and the revision of existing
has applied to the South African National
standards in close collabora-
Standards Authority (SANAS) for SANS
tion with associations such as
17065 accreditation. Although SANS
the CMA. SABS also provides its
17065 accreditation is only required by
own certification services.
certification entities which audit regulated products such as cement, the fact
ply for certification. However, CMA Certification Services activities will
that CMA Certification Services will be
be restricted to the precast concrete
In providing an alternative certification
SANS 17065-accredited lends consider-
industry and CMA members will qualify
service, CMA Certification Services will
able weight to its auditing competency
for fee discounts.
comply with SANS 17065, the national
Van Zyl explained that all national
standard for certification bodies and it
Moreover, tender requirements will
specifications belong to SA and are re-
not be affected by the new CMA Product
ferred to as SANS specifications, as op-
Certification Mark, as it will comply with
posed to the period prior to 1994, when
all the requirements for a certification
all specifications were owned by the SA
body. There will be no difference between
Bureau of Standards and were referred
the CMA Mark of Approval and those of
to as SABS specifications. However, the
other certification providers and it will
bureau is still used by the Department of
enjoy the same level of competence as
Trade & Industry as a publisher of SANS
any other certification body.
specifications and a service provider.
Van Zyl advised that CMA Certifi-
For example, although it no longer owns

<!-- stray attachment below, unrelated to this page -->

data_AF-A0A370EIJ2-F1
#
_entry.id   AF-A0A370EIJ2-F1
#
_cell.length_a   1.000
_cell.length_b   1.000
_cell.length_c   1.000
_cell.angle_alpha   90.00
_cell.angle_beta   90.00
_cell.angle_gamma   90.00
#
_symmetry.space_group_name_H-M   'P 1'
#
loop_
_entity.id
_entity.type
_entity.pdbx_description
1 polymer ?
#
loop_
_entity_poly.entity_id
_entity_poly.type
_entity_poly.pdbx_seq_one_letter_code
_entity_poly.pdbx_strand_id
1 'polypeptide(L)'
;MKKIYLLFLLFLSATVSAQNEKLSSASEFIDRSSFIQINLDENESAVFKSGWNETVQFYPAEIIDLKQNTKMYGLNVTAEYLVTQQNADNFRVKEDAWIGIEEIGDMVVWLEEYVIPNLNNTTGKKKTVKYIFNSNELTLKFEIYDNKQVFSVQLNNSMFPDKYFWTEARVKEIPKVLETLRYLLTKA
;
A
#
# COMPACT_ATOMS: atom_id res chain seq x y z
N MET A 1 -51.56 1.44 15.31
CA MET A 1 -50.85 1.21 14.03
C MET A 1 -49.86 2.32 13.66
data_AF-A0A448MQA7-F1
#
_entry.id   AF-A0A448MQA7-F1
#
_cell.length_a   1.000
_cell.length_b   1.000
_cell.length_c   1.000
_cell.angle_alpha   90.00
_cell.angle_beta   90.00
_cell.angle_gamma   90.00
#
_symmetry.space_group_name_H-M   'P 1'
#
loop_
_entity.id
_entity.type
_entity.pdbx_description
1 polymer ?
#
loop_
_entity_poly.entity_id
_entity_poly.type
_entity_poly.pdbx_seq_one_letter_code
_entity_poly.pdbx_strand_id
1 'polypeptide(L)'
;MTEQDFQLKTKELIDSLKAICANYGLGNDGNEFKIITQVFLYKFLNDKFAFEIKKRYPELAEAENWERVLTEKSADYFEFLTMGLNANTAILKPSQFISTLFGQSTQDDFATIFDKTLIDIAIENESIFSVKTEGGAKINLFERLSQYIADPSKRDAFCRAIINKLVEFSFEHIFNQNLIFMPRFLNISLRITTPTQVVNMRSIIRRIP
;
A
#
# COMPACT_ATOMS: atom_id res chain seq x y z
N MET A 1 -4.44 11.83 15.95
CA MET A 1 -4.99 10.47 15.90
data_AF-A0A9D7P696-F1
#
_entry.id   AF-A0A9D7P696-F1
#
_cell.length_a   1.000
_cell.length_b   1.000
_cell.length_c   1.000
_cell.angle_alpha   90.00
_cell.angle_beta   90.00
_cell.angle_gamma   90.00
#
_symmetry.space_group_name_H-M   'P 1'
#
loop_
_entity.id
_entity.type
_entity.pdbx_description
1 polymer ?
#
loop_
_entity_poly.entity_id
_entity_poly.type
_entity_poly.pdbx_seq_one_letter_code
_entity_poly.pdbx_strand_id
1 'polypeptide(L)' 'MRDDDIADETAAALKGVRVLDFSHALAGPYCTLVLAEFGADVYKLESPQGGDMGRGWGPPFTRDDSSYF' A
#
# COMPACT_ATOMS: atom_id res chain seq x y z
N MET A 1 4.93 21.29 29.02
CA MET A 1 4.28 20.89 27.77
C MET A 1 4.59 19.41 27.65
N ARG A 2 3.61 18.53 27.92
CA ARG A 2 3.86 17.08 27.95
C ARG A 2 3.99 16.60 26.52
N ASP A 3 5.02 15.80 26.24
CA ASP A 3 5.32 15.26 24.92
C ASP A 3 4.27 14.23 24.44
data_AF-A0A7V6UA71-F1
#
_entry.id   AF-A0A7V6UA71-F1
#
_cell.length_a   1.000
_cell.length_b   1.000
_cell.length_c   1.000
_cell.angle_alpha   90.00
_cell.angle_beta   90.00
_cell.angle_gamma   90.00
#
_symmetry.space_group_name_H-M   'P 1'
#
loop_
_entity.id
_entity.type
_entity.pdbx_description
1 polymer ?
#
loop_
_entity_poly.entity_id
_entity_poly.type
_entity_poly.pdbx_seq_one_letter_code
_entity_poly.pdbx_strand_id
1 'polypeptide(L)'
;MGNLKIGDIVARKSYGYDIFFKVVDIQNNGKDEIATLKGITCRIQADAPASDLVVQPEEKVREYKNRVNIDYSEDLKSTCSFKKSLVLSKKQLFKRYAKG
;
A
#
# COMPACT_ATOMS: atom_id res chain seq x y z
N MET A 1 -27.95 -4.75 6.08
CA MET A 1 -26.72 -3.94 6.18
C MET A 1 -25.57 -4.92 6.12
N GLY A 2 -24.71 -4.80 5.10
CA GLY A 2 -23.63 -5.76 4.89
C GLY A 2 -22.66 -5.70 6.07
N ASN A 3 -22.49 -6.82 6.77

cation Services will be conducting an
the standards, SABS is still very much involved in the drafting of new standards
PRECAST | ISSUE TWO | 2016
(Above): CMA executive director Frans Minnaar during his feedback presentation in Cape Town.
extensive marketing strategy to alert all precast concrete role-players and
associated professionals about the entry of a new certification provider to the market. He also explained in considerable detail what the CMA certification process entailed. Creating competition Van Zyl wrapped up his presentation by
saying that it is not the CMA’s intention to change the status quo or to challenge the certification business for the sake of it. Rather, by introducing another service provider into the precast concrete certification arena – and, with it, competition – service providers will be more alert and creative, which will be to the benefit of all precast concrete producers and the public at large. Minnaar added that once CMA Cer-
standard on which the SABS standards
tification Services is well established,
were originally based is no longer valid.
it will also investigate the possibility of